The arrogance of supernatural privilege

I’ve often criticised the arrogance of some of those with a supernatural ideology. Their claims of special access to the “Truth,” to morality, etc. But I get especially angry when this arrogance rides roughshod over the most innocent and vulnerable people in society. Our children.

 Recently the Australian Prime Minister Julia Gillard announced a Royal Commission to uncover the truth about sexual abuse of children in Australia. This is a response to the public outrage against revelations and accusations of paedophilia and its cover up by a number of institutions with responsibility for care of children  – including Churches. The commission has generally been welcomed across the political spectrum with the strongest concern being that it should get to work and produce results quickly. That it shouldn’t dawdle on for decades and itself contribute to the cover up.

 So I was shocked to see a local blogger, Kereopa at beingfrank, interpret this commission as “persecution” of the Catholic church (see Persecution begins against the Catholic Church in Australia)! Talk about (guilty) paranoia. Gillard made clear that the Catholic Church was not the only institution targeted. That its scope would cover:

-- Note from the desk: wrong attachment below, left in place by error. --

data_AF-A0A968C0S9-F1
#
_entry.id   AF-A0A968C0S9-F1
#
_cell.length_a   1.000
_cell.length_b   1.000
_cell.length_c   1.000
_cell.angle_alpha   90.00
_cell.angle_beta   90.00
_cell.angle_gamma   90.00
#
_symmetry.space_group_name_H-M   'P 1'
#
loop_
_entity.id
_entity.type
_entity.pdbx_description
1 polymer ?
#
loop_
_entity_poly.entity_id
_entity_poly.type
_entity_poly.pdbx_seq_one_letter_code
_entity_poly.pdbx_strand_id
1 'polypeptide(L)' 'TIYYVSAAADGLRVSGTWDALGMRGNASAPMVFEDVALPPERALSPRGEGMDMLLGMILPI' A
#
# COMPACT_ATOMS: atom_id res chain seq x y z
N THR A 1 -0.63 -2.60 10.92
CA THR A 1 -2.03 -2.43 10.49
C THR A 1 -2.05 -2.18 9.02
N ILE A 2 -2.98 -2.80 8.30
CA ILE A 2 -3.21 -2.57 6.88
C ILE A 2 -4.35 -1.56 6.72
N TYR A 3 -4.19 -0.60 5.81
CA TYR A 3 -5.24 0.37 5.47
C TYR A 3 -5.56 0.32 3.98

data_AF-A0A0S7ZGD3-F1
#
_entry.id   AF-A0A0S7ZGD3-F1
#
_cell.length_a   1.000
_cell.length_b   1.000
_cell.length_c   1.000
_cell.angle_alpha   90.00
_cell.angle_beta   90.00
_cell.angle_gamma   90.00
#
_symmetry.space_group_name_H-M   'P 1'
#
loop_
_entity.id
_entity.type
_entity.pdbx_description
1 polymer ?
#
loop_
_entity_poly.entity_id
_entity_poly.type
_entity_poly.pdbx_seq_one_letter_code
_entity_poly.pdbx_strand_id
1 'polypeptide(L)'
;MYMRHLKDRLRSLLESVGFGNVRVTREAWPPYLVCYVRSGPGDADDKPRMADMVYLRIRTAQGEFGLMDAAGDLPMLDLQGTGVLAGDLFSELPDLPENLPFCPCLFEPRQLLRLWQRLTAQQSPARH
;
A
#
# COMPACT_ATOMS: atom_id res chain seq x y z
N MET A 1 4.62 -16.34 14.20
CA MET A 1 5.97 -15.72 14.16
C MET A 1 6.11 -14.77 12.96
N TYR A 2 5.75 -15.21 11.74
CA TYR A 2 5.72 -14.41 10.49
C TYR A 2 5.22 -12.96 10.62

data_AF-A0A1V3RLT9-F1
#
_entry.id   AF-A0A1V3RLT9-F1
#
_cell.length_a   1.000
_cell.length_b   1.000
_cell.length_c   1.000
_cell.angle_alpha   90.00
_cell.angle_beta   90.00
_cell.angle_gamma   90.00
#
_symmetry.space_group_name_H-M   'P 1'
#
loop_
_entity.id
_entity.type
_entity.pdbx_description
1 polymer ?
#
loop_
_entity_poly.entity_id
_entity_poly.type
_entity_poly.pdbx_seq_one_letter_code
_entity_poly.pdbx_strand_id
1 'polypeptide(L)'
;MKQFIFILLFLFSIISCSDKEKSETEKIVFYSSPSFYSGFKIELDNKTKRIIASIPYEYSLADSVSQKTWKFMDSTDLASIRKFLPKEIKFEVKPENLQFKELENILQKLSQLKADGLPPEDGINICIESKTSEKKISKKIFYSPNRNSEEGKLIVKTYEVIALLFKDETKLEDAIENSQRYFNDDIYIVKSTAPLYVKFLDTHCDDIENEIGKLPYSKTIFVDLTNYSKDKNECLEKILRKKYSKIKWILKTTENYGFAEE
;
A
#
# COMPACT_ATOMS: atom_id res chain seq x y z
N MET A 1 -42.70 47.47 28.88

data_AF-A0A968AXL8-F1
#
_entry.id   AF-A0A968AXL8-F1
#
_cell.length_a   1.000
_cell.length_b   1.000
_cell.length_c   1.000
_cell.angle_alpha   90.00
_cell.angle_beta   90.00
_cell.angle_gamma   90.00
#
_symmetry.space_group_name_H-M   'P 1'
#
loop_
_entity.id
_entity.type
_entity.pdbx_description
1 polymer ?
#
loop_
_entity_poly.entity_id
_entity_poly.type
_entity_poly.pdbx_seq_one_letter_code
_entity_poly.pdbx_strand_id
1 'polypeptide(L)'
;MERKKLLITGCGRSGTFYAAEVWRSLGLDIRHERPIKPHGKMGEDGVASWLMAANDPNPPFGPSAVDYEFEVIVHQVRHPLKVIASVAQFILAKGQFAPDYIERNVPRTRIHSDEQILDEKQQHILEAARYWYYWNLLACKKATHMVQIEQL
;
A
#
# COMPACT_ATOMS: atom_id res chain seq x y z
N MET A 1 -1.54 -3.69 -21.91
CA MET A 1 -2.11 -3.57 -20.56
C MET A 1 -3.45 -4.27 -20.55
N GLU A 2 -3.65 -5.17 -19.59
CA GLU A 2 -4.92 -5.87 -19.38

“all institutions, including religious institutions, state-based organisations, schools and not-for-profit groups such as scouts and sporting clubs. It will also look at the response of child services agencies and the police to accusations of abuse.”

 So what does Kereopa want? Exclusion of the Catholic Church from such an inquiry? And how can she/he justify that? Because of its supernatural privilege? That it must be protected from such accusations and investigations because it is “sacred?”

 How else can Kereopa interpret an objective investigation of all bodies as persecution of his/her own organisation?

 Plain supernatural arrogance. Arrogance which is medieval and in this day and age deserves only a laugh. Why should the Catholic Church be exempt from such investigations, immune to even accusations or concerns? Especially as we now know its functionaries have often sexually abused the children in their care. And the organisation has often denied these crimes, protected the criminals and gone to great efforts to cover up the crimes. To the extent of allowing the crimes to continue and usually slandering the victims in the process.

As if to rub the salt into the psychological wounds of the victims of this child abuse, apologists for the Catholic Church have been frantically attempting to defend the supernatural privilege of confessions, the seal of the confessional. To protect this from investigations by the Royal Commission. They think their obligation to protect children in their care can be superseded by mythical supernatural claptrap.  Here’s how blogger Lucia Maria at New Zealand Conservative argues for a privilege of exempting Catholic confessions from the law:

“Confession is where a person is forgiven of their sins so that they are able to enter eternal life (ie not go to Hell). The priest represents our Lord Jesus Christ, and has been given the power to forgive sins.”

So, put a guy in a dress and give him a cross and he can represent a god! And you then claim that such a claim supersedes the rights of the victim? Innocent and defenceless children? Or the rights of society to get justice?